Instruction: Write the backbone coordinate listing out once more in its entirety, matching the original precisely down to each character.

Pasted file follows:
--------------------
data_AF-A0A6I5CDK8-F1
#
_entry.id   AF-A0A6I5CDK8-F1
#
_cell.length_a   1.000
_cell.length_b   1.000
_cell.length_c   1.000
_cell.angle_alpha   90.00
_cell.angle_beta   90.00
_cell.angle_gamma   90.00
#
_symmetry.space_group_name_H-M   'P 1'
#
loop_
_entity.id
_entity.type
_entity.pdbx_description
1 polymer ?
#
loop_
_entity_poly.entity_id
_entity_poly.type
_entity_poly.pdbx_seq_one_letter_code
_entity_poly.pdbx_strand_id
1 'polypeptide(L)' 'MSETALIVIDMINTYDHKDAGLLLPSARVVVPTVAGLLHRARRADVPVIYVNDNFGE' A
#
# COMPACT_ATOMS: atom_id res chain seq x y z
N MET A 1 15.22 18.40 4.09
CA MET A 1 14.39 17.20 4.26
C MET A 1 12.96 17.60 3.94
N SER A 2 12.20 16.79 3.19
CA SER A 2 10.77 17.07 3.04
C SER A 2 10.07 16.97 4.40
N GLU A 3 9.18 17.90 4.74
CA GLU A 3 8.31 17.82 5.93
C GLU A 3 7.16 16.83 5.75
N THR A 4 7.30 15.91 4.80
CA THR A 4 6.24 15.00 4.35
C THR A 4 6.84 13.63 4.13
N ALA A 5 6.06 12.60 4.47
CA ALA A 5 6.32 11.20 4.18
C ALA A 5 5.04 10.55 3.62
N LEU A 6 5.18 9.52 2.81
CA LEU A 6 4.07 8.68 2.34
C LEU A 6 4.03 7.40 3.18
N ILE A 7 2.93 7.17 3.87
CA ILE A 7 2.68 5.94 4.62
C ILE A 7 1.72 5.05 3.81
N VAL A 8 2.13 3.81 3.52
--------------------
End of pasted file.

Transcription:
data_AF-A0A6I5CDK8-F1
#
_entry.id   AF-A0A6I5CDK8-F1
#
_cell.length_a   1.000
_cell.length_b   1.000
_cell.length_c   1.000
_cell.angle_alpha   90.00
_cell.angle_beta   90.00
_cell.angle_gamma   90.00
#
_symmetry.space_group_name_H-M   'P 1'
#
loop_
_entity.id
_entity.type
_entity.pdbx_description
1 polymer ?
#
loop_
_entity_poly.entity_id
_entity_poly.type
_entity_poly.pdbx_seq_one_letter_code
_entity_poly.pdbx_strand_id
1 'polypeptide(L)' 'MSETALIVIDMINTYDHKDAGLLLPSARVVVPTVAGLLHRARRADVPVIYVNDNFGE' A
#
# COMPACT_ATOMS: atom_id res chain seq x y z
N MET A 1 15.22 18.40 4.09
CA MET A 1 14.39 17.20 4.26
C MET A 1 12.96 17.60 3.94
N SER A 2 12.20 16.79 3.19
CA SER A 2 10.77 17.07 3.04
C SER A 2 10.07 16.97 4.40
N GLU A 3 9.18 17.90 4.74
CA GLU A 3 8.31 17.82 5.93
C GLU A 3 7.16 16.83 5.75
N THR A 4 7.30 15.91 4.80
CA THR A 4 6.24 15.00 4.35
C THR A 4 6.84 13.63 4.13
N ALA A 5 6.06 12.60 4.47
CA ALA A 5 6.32 11.20 4.18
C ALA A 5 5.04 10.55 3.62
N LEU A 6 5.18 9.52 2.81
CA LEU A 6 4.07 8.68 2.34
C LEU A 6 4.03 7.40 3.18
N ILE A 7 2.93 7.17 3.87
CA ILE A 7 2.68 5.94 4.62
C ILE A 7 1.72 5.05 3.81
N VAL A 8 2.13 3.81 3.52